Soil samples were analyzed for the total content of TBZ using the QuEChERS extraction method. This method has been used in different studies, demonstrating it is a fast, easy, and effective method to remove different pesticides from environmental samples using salt [31, 58, 59]. The extraction procedure was performed as follows: all samples were lyophilized for 48 h. Then, 0.1 g dw of spiked soil was shaken with 5 mL deionized water and 10 mL acetonitrile with metolachlor added as a surrogate standard (10 µL of 1000 µg/mL concentration per sample). Samples were further amended with 6.5 g of QuEChERS Extract bag (4 g MgSO4, 1 g NaCl, 0.5 g disodium citrate sesquihydrate, 1 g Na citrate). The mixture was shaken by a shaker (SPEX®SamplePrep) for 1 min and then centrifuged for 5 min/3000 rpm/ − 5 °C. Then acetonitrile layer (top layer) was transferred to clean 20 mL glass vials. The extract was later diluted ten times with 50% acetonitrile to align with the HPLC–MS/MS detection range of 1–100 ng/mL. An aliquot of 1 mL of acetonitrile was taken for analysis using HPLC–MS/MS. Details on the analysis are provided by López-Cabeza et al. [20].

Toxicity test with Caenorhabditis elegans

The toxicity test with C. elegans was carried out according to standard procedures (ISO 10872) [38]. To cultivate C. elegans, nematode growth medium (NGM) was used, which is described in detail in Additional file 1: S5. All agar plates were seeded with OP50, an uracil-requiring mutant of Escherichia coli that prevents overgrowth of the bacterial lawn [60] following standard procedures [61]. Stock culture plates containing dauer larvae of C. elegans were then stored at 20 °C in the dark. Three days before the start of a test, small pieces of a stock plate with dauer larvae were transferred to NGM plates with fresh bacterial lawn and incubated at 20 °C, resulting in freshly hatched juveniles (J1) that could be used for toxicity testing.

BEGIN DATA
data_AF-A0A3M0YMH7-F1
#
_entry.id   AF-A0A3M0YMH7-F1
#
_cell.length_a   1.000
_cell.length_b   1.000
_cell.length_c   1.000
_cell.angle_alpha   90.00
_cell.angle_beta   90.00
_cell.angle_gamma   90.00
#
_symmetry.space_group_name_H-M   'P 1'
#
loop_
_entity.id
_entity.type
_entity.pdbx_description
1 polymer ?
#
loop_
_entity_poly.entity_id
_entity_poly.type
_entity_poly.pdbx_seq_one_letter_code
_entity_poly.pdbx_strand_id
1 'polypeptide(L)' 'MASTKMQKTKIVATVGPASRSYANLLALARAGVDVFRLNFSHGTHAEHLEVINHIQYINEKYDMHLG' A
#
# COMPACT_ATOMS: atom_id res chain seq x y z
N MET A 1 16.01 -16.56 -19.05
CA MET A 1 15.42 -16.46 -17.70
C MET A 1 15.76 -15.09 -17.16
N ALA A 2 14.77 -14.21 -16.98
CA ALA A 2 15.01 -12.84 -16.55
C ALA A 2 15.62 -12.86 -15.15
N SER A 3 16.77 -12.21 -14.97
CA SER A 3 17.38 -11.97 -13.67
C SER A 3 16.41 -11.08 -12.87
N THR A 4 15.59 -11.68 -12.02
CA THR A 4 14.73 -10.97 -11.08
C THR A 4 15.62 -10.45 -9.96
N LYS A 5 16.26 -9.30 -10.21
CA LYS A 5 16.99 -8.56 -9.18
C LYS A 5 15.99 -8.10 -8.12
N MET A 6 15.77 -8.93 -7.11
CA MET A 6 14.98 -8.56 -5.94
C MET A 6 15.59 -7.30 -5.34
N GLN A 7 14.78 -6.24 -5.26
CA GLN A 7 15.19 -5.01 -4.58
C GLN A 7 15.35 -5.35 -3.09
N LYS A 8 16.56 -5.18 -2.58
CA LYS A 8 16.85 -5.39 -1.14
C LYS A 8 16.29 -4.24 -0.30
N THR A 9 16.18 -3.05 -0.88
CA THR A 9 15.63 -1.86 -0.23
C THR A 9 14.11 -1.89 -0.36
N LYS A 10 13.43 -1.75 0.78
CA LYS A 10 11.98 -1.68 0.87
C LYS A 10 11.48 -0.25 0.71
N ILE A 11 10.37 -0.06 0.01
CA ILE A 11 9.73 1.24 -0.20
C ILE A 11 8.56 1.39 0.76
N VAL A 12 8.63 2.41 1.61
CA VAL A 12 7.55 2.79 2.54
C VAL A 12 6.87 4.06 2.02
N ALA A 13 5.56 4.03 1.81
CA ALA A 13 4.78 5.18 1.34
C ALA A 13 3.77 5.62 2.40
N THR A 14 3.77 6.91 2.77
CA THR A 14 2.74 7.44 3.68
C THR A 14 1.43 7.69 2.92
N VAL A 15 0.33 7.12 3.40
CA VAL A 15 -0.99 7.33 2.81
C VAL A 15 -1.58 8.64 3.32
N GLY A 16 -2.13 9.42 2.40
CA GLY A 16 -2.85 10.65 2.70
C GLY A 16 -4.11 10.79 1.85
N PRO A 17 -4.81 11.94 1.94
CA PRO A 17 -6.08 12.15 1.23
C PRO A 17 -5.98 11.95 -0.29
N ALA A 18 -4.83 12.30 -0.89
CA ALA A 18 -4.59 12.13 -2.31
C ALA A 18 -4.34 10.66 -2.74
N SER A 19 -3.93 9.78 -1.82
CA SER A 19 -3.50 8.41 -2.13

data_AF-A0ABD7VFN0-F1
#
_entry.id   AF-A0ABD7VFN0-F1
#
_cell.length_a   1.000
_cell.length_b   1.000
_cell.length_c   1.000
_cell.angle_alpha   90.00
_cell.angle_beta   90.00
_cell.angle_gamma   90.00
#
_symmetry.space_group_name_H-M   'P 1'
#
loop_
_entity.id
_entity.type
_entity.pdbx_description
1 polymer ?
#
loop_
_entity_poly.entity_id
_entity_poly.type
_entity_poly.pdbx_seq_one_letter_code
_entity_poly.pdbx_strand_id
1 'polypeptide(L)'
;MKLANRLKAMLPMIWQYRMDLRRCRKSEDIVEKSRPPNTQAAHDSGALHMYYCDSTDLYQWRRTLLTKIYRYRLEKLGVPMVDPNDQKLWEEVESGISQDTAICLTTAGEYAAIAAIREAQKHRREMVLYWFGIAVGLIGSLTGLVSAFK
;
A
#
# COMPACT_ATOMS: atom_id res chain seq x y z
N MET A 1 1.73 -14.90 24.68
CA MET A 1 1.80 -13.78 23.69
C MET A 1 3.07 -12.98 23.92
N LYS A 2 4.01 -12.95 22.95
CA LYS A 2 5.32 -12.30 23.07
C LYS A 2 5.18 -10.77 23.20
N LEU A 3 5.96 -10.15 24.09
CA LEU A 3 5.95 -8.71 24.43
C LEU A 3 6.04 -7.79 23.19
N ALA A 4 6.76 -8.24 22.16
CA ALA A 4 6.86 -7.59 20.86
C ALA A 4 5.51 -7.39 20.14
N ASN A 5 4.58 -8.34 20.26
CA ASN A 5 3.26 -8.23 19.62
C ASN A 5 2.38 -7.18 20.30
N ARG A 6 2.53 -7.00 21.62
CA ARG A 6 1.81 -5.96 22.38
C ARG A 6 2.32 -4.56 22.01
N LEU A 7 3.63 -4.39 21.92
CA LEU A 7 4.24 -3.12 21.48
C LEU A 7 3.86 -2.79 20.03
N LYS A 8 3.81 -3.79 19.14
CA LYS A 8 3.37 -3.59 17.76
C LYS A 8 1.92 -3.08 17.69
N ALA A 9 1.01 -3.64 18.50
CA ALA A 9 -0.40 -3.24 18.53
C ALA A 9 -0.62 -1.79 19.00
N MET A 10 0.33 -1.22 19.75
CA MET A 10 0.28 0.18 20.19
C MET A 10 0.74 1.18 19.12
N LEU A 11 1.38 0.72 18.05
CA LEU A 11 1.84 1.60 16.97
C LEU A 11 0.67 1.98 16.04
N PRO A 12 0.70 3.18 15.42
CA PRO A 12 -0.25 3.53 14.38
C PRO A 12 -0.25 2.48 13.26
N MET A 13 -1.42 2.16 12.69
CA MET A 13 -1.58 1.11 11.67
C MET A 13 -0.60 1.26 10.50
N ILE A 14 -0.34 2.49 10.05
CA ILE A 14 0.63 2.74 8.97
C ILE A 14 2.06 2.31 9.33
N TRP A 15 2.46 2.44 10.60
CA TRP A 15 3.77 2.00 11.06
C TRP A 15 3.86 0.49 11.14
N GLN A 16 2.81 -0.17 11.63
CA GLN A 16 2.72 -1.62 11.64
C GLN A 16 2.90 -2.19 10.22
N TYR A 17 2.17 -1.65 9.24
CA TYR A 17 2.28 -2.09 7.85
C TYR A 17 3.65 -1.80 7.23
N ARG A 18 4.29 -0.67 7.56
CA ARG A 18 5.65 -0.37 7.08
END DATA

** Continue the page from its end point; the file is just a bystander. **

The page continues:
Nematodes were exposed to the test items in 10 mL glass vials. Six C. elegans (J1) were introduced in each replicate vial containing either spiked aqueous medium or soil (moistened to 80% WHCmax). The vials were kept in the incubator for 96 h at 20 °C. The experiment was stopped by heat-killing the nematodes in an oven (18–20 min at 80 °C) after adding Bengal rose solution to stain the nematode cuticle for better recovery. The vials were kept in the fridge till further analysis.

For soil tests, nematodes had to be separated from soil particles before reproduction could be analyzed. This was done by density separation using a flotation/centrifugation technique with a silica suspension (diluted with water to 1.13 g/mL) [38]. For water tests, this step was not necessary.

To measure the reproduction of C. elegans, we counted the number of offspring (second-generation juveniles) using a stereo microscope at 40-fold magnification. In soil experiments, the offspring were counted in a silica suspension after being separated from the soil. In water experiments, the offspring were counted directly in the aquatic medium. The total number of offspring was then divided by the number of introduced test organisms (n = 6), less the number of males. An effect was defined as inhibition of reproduction (% IR) compared to the control reproduction:

$${\%IR}_{A}=100-\frac{{\overline{x} }_{A}}{{\overline{x} }_{C}}\times 100,$$

where \(\overline{x }\)A, and \(\overline{x }\)C are the mean values reproduction for sample A and control, respectively.

Microcosm test

Based on the results of the C. elegans toxicity tests, PCL-TBZ (NF with low carrier effects) and FOLICUR® were selected for assessing their toxicity on a native soil nematode fauna in small-scale (30 g soil) microcosms [42]. PCL nanocarrier (without TBZ) was tested as well. Due to the higher effort of the microcosm test compared to the single-species test, only one concentration of each compound was tested in four replicates in addition to a control treatment (only water). The test vessels were 50 mL plastic tubes which were filled with 30 g of spiked soil including the native nematode fauna. Fresh soil (freshly sampled soil (Lufa St. 2.2).) The soil was spiked by mixing a dried aliquot of the Lufa soil (10% = 12 g dry soil) with the respective aqueous stock suspension of the test item (PCL-TBZ: 8.3 mL of 2 g a.s./mL; FOLICUR®; 16.7 mL of 2.5 mg a.s./mL), drying the spiked soil aliquot and mixing it with 126 g of fresh soil. This resulted in a nominal soil concentration of 350 mg TBZ (a.s.)/kg dry soil. For chemical analysis at t = 0, 4 g of soil was sampled from each treatment and kept frozen at − 20 °C till further analysis (see section "Soil (toxicity test and microcosm test)"). From the unspiked soil, 30 g soil was also sampled for nematode community analysis to identify the nematode genus composition at t = 0.